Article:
There were two small hawks flying around overhead. Normally I know when there are hawks about because the crows are constantly calling them names and trying to run them out of their air space. The crows were away from the post for some reason, leaving my chickens unprotected. I got my camera and took a picture of one of them. They finally gave up the hunt and flew away.

Later in the day, I noticed that the chickens were still quiet, so I looked around again and didn't see anything, but it gave me a strange feeling every time I went outside.

I had taken my glasses off to fix my hair, I went into the bedroom for something and passed by the window. I saw what I thought was one of my Rhode Island Reds on the far side of the goat lot. With my glasses off I couldn't tell what it was for sure but I have never seen my chickens in that area. I got my glasses and looked again, it was a fox, he was just relaxing, scratching and rolling in the new mowed grass.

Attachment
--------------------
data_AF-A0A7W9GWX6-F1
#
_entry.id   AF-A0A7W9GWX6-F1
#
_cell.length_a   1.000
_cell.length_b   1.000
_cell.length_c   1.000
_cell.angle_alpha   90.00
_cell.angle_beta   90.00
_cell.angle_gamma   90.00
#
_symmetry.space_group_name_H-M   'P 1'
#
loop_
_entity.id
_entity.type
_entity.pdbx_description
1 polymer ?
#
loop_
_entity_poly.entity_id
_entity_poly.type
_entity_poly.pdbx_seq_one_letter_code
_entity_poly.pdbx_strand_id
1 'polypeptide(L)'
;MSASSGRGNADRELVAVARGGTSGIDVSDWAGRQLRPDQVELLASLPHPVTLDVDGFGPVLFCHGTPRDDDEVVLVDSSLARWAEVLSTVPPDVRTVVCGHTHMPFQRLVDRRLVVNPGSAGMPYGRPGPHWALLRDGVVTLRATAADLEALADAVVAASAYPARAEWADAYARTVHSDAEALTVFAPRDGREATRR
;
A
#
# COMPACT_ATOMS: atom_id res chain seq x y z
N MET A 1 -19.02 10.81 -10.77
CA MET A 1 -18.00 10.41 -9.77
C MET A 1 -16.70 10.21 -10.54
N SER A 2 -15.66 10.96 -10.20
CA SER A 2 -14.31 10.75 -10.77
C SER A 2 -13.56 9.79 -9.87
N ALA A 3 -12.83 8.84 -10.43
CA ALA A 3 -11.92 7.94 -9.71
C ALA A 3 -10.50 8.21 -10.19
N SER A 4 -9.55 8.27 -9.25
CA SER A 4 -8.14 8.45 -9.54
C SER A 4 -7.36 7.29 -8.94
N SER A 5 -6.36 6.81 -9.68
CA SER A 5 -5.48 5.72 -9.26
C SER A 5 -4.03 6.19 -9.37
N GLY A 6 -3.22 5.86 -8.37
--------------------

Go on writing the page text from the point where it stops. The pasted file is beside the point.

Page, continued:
I grabbed up my rifle and slipped out the door. It was a long shot for a rifle but I embarrassed myself again anyhow. He jumped away from the spot where the bullet hit the ground beyond him. The sound of the rifle didn't scare him because I have desensitized him to gunfire because I have shot at him so many times and missed. He walked away a few feet then stopped in the driveway and looked back at the place he had been, he was closer to me now and a much better shot. I missed again and he went into the high weeds.